4. Now that you've sealed, insulate!

It wouldn't make sense to insulate before you had identified the leaks and cracks in your home, which is why #3 and #4 are two different steps. Now that you've located air leakage, it's time to seal up the 'envelope'. Use caulk to fill in cracks at windowsills or any space less that 1/4" thick. For a space greater than this, consider expanding foam sealant, crack filler, or weatherstripping. For tips on choosing the right caulk, check here or here

If you have a fireplace, check and make sure that it is well sealed. That is, of course, if it's not in use. Ductwork should also be insulated, as often there are losses occuring you may not be aware of. Always make sure you are insulating with the proper materials, or calling a professional when you need advice. Wall plugs and light switches should be insulated with seals

Windows are black holes for escaping heat, but if you have the right windows, or even insulate older, single-pane windows properly, you will notice a large difference. There are many options for insulating windows, though most people probably think of window film first. Window film can improve the U-factor/R-value of your windows, but keep in mind that it will affect visibility, and you may not like the aesthetics. Other options would be blinds, drapes, shades, or shutters. Good heavy drapes in front of blinds can help a lot. My sister used to have a large, glass front door that was stealing so much heat from her apartment. We had heard of a bubble wrap method, and so we tried it out. Check it out here.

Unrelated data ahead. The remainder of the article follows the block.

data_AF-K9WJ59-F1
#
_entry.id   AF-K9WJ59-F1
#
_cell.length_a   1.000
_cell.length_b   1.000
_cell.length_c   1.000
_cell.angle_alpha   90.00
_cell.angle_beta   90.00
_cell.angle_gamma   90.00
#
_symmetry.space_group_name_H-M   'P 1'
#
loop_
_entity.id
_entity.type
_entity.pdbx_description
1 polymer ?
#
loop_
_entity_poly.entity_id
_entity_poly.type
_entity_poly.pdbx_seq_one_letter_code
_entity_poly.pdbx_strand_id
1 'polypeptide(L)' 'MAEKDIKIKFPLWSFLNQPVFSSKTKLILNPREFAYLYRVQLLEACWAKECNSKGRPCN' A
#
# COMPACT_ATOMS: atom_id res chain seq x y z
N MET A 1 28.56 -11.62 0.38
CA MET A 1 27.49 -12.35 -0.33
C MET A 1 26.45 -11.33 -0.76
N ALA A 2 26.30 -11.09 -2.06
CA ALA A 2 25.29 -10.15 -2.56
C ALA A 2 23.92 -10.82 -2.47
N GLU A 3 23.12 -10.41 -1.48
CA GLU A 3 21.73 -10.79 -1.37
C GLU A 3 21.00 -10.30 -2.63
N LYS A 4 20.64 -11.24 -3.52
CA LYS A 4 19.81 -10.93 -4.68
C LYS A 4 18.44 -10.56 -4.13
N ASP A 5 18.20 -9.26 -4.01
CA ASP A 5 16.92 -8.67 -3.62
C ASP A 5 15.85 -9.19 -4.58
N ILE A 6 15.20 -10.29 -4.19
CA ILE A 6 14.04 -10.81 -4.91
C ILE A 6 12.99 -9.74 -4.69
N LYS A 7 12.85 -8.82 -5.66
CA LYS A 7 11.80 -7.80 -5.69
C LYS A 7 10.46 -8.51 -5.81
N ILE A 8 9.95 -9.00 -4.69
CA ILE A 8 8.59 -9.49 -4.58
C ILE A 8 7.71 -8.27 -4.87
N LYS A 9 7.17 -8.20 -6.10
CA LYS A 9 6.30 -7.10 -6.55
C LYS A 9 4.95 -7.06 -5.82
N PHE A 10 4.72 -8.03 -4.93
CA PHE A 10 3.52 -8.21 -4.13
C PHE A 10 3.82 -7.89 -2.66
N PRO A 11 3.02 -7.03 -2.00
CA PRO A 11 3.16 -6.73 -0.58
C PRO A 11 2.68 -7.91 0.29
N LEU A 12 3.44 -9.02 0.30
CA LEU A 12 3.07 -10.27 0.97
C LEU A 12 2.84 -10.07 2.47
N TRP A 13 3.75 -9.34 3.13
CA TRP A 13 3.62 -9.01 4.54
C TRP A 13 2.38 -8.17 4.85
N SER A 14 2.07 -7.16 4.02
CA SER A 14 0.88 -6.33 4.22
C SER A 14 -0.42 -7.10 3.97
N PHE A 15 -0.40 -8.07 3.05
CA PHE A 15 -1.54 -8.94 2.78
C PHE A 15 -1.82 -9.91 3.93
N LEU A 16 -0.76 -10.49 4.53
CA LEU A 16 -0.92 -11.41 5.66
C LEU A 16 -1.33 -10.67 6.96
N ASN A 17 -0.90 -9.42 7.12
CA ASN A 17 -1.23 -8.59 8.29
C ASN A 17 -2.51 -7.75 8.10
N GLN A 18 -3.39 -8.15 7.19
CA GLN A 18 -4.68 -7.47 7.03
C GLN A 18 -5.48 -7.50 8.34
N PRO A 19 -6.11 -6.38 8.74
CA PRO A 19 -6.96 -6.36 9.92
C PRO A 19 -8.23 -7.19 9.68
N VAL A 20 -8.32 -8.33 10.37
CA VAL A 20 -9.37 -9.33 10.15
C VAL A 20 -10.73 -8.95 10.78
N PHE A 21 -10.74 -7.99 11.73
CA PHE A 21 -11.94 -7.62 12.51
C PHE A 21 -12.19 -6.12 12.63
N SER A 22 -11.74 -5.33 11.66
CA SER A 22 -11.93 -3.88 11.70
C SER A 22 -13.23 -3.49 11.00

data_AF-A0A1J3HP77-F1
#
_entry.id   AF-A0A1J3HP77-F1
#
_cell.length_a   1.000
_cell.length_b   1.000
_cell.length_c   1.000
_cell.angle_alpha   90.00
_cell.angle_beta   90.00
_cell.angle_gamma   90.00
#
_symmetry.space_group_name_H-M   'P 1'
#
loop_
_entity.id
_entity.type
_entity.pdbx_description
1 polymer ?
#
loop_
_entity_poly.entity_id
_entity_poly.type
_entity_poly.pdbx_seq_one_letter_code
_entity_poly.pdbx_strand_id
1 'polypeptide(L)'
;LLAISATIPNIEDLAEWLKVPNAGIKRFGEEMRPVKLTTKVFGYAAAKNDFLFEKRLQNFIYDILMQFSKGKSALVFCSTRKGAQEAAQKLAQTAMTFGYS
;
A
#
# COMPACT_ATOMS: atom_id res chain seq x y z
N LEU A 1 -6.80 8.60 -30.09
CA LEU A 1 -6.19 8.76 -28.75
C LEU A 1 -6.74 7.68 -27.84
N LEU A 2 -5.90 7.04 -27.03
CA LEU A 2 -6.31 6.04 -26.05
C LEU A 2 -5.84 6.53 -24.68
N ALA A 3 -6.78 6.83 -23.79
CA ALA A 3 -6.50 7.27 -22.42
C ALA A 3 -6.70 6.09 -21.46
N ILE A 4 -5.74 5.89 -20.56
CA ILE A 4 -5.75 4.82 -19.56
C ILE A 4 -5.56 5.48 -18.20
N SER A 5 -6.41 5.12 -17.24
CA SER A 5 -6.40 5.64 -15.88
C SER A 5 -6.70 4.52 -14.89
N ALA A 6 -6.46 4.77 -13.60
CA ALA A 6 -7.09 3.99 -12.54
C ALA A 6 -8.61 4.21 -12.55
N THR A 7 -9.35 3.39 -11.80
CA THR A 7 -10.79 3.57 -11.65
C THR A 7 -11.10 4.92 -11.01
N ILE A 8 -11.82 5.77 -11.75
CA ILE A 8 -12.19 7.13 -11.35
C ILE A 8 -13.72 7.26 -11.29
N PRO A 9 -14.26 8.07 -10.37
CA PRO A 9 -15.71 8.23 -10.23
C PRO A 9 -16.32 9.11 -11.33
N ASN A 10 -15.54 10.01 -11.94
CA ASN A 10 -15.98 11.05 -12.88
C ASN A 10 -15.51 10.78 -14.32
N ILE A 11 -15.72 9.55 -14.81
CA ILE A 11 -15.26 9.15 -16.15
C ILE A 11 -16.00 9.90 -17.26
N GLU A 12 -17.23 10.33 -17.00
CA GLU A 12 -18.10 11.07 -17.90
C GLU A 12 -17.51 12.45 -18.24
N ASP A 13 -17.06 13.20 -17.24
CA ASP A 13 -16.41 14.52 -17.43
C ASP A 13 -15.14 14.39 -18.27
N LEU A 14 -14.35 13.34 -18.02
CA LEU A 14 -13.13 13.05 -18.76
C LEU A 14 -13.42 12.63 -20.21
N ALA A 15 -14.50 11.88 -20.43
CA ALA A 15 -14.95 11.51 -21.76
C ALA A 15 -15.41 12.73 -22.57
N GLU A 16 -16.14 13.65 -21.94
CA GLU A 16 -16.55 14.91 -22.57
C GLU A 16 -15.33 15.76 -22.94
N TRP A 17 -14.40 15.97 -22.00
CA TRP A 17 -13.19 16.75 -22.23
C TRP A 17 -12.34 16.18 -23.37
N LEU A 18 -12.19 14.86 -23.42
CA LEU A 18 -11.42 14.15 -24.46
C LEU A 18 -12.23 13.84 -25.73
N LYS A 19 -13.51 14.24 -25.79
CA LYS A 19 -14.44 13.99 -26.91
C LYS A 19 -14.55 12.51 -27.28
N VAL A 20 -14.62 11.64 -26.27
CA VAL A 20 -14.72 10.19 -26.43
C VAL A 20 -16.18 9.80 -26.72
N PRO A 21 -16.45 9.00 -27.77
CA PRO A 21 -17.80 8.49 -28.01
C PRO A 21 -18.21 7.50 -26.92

Doors should have the classic draft stoppers on the bottom and tight seals within the frame. Here's a test: shut your door on a dollar bill; if you can pull it out without dragging resistance, you're losing air through that door. A really cool project for the kids, or even yourself, would be making your own custom draft stopper, or 'door snake'. 

5. Buy a programmable thermostat

Instead of turning off the thermostat, like we tried to do in college, invest in a programmable thermostat that will save you around 2% for each degree you give up. In the summer, try to set it as close to 78°F as you can, and even warmer when you're out of the house for a while. In the winter, shoot for 68°, and lower when you're sleeping or away. Always keep in mind the possibility of freezing pipes if you turn your heating off. The better solution, according to the EPA, is to program the thermostat to drop during vanancy; but never below freezing. 

I did some research, and one of the most well-reviewed and well-priced thermostats is well within the price range of anyone who makes a daily stop at Starbucks. Look for it here, and compare it to others here

There is much more that you could do, apart from these ideas, to winterize and weatherize your home. These, however, are some of the first steps you should take. I would even suggest that you should take them in this order. After all, how are you going to insulate before you've checked for leakage? As you continue making your home more energy efficient, pursue incentives with TVA, EPB, and VEC. Cleveland Utilities offeres rebate for new energy efficient homes. Tell other people about the changes you made and the difference in what you pay. 

Finally, consider this: Tennesee's home energy consumption is 33% higher than the national average. We can help bring that down. 

 

Resources

TVA EnergyRight Solutions: Choosing a Hot Water Heater

American Council for an Energy-Efficient Economy

Home Energy Saver

Energy.gov

Top Ten Reviews: Thermostats

Cleveland Utilities

Tennessee State Profile and Energy Estimates

Benefits.gov

VEC Home Energy Library